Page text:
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Saying Goodbye to an Independent Pet Store

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  1. E West

    Susan,
    I wrote a near identical article about a month ago. You are bringing up points that people don’t take into consideration when choosing where to shop based on price alone.

    1. Susan Thixton Author

      It’s important – and it is concerning what might happen in the near future.

    2. LINDA

      I am having the same problems being an independent high quality pet food store. I work very hard for the small companies I believe in only to have had several of them allow their products in the “big box” stores and online pet food companies. I am also finding that my local Tractor Supply is buying in bulk and charging below my cost for a line of food that they recently picked up that was suppose to be for “independent only”. I surely cannot compete with that, but when I complained to the pet food company, it fell on deaf ears.
      We are educated, very caring people and treat our customers and their pets like family. It is very discouraging, but we keep on keeping on! We pray that the big box and online trend will end and people will come back to where they are treated well with great customer service and friendship!

  2. Lanette

    Susan, I am very glad that you are posting about this because it is a concern that I also have. We have a few really good independent food stores in Houston, but one in particular I found stands above the rest…Nourish Pet Care. It is owned by a former vet tech and her husband. I have switched to buying pretty much all my pet food from there because of the service and advice provided by the owners. When I was suddenly dealing with a diabetic cat and spending countless hours searching for high protein alternate foods to the prescription diet my vet was recommending, Linda spend a lot of time discussing with me her experiences, what products had worked for other customers, recommending websites and forum I could join for more information, etc. They also provide cat boarding at there store, so that when I needed to be out of town I could board my cat there and they handled the insulin shots and sugar level testing. I would get daily updates via email on how she was doing with photos of her. I can’t tell you how much it eased my mind knowing she was taken care of.

    Linda also helped me with another cat who for years had a chronic issue with patches of hair loss. The vet simply chalked that up to him being a nervous animal and over grooming. Linda asked me what protein base I was feeding (chicken), suggested it may be a sensitivity to poultry, and recommended switching to a fish based food. Lo and behold, a few months later he had the fullest, thickest coat I have ever seen!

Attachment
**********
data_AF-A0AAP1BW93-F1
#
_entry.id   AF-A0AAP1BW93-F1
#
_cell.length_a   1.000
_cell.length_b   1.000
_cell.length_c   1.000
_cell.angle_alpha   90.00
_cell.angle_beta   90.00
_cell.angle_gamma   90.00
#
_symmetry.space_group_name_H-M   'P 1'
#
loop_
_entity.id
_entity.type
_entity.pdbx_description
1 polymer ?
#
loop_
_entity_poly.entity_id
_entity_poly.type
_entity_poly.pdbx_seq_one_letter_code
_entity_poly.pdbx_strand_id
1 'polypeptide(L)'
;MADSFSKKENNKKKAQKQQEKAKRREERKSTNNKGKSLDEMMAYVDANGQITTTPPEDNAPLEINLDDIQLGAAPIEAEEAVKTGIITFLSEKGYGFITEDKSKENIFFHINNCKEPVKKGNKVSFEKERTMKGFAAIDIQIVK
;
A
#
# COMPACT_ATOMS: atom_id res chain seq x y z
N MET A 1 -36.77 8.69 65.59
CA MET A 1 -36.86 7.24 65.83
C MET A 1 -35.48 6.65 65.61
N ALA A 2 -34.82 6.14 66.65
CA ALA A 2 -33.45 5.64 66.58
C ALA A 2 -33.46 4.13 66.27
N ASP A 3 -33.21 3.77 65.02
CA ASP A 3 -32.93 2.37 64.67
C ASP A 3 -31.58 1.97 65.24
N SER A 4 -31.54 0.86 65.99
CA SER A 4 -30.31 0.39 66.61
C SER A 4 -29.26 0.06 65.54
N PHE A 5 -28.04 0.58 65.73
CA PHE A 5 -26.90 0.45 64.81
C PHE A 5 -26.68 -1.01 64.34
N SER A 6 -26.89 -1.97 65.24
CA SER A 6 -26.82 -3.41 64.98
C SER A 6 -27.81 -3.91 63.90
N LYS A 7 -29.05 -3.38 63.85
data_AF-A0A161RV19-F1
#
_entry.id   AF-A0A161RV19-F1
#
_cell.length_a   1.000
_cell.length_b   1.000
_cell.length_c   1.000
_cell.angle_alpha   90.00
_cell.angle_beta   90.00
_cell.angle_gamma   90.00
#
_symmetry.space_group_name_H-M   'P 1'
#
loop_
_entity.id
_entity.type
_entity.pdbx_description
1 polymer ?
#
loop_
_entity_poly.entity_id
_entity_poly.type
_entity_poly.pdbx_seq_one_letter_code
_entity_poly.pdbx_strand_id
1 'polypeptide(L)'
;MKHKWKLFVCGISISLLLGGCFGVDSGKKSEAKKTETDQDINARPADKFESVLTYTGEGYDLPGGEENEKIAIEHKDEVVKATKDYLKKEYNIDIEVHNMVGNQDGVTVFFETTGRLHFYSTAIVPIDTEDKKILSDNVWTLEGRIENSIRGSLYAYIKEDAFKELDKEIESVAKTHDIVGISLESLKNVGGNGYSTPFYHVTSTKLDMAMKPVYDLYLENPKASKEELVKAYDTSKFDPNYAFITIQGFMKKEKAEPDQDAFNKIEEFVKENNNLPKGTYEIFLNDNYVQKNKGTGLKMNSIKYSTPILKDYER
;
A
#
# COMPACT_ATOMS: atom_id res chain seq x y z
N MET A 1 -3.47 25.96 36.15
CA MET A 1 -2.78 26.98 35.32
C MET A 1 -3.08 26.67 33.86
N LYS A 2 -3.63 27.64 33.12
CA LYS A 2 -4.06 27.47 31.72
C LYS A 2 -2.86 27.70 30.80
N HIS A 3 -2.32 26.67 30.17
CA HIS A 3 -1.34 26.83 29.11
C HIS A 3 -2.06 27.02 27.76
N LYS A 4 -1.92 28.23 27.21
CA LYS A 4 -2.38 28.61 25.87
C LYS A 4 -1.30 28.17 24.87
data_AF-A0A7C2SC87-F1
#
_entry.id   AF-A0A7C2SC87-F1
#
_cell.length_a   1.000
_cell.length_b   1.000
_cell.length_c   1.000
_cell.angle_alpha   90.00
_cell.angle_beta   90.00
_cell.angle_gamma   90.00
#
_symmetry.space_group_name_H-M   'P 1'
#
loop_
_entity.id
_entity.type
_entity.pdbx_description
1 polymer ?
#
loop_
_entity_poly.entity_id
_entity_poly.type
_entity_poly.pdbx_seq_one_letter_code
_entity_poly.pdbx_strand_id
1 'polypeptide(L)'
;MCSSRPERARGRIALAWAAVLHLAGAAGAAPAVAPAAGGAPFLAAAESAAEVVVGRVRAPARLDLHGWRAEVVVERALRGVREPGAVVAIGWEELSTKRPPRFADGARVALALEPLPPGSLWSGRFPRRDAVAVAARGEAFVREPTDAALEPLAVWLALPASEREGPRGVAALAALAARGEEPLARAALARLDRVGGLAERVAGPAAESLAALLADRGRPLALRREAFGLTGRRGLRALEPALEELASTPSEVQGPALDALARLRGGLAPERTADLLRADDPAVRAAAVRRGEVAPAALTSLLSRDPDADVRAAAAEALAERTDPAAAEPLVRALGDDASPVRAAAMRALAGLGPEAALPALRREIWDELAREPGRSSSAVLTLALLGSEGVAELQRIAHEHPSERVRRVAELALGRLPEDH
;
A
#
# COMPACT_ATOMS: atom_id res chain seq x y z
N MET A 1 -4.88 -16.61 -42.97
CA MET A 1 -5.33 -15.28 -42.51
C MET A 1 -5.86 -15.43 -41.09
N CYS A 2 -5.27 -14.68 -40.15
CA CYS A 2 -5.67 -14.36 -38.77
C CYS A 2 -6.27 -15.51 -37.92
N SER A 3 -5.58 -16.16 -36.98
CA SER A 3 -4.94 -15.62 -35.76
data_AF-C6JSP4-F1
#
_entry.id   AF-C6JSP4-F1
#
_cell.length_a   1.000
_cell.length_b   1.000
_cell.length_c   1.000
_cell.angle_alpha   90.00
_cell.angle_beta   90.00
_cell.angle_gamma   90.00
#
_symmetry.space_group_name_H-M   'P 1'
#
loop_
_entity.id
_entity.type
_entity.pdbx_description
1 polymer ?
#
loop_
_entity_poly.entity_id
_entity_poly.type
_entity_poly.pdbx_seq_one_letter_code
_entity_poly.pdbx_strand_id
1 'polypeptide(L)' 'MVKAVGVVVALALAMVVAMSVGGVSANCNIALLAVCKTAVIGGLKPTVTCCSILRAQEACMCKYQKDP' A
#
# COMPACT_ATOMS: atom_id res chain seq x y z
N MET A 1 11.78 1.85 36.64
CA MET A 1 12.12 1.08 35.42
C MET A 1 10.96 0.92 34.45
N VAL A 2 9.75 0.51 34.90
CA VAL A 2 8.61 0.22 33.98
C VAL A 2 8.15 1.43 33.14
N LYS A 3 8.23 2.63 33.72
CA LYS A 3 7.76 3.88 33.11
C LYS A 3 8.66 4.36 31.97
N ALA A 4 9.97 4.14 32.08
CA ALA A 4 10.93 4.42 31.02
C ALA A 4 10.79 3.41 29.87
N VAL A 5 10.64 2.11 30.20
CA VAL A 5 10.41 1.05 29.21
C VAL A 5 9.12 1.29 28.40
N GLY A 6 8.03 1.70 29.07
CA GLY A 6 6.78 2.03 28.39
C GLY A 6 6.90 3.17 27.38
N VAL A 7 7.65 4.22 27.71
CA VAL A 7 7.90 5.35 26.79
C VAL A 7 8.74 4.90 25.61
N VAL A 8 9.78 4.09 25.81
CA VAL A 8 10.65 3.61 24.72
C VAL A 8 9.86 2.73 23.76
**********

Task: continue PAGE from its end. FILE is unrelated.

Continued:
Although I know I can buy the food online for a bit less and have is shipped directly to me, I will continue to use them because I want to support a local business and help them to stay in business. This is indeed one example where I don’t price shop, because having a knowledgeable resource to help is way worth any additional cost or the extra trip over to their store.

    So how can we help them stay in business? I let all my friends with pets know, but would like to spread the word farther. One thought I had was to establish an online list whereby readers can submit information about stores in their area that stock the smaller brands and provide the types of advice and help that businesses like Murphy’s and Nourish provide. Since you have such a large following of readers interested in quality food options for their pets, do you think this is something that could be added to your site? Then your readers could submit their own recommendations and share them with everyone.

    1. Jo

      What a great idea!

  3. Nina Wolf

    I feel for Kim. As an independent pet nutrition store owner, I struggle to stay afloat as well. It seems that unless we are willing to carry at least some of the big name brands and bully sticks, we all struggle. And I will not compromise the health of any of the animals who eat or play with items from out shop. We too do tons of educations, follow ups, programs, everything we can think of. Bottom line is that there is no money in this…we do it because it is our passion, and we try our best to make ends meet.

    One of the things that is on my last nerve is the upswell of smaller shops calling themselves “healthy” and putting out the image that their food is safe. That they know a lot, are on top of things, are actively protecting pets. When in fact they are carrying Wellness, and Taste of the Wild, and rawhides, and toys made in China. These shops are subjecting the public to misleading marketing, and the public want to believe.

    So…if you are a consumer, please know that your pet FOOD provider should be able to tell you if some food is food or feed, if it contains GMO ingredients, where it is manufactured (incl. if the manufacturing facility is human grade or not), if there have been recalls or issues. and if the company is responsive to questions or not. A good pet store will know if there are vitamin packs from China in a food or not. They will know if a dog with, say, colitis will dog in on this food or needs something else. They will be able to give you backup information to support their stance. They will give you a way to contact them with follow up. They will be able to explain why this or that product is better…and with very detailed information about bioavailability, quality of ingredients, local sourcing options, all kinds of expertise.

    Here are a couple of test questions:

    I need a low-protein diet for my cat who is in kidney failure. What do you suggest? (they should now explain it is not the protein levels to be concerned about…they should be able to talk about phosphorous, and different meats having different levels, and new studies in appropriate protein levels)

    My dog has itchy skin. Do you have a shampoo for that? (There should follow a bunch of questions about where the dog is scratching, what the dog is eating, what kinds of chews and treats the dog gets, if the dog has been to the vet, a flea inspection – yes, the pet shop person would get out a flea comb and CHECK. This is a really lengthy discussion and involves lots of backup articles etc.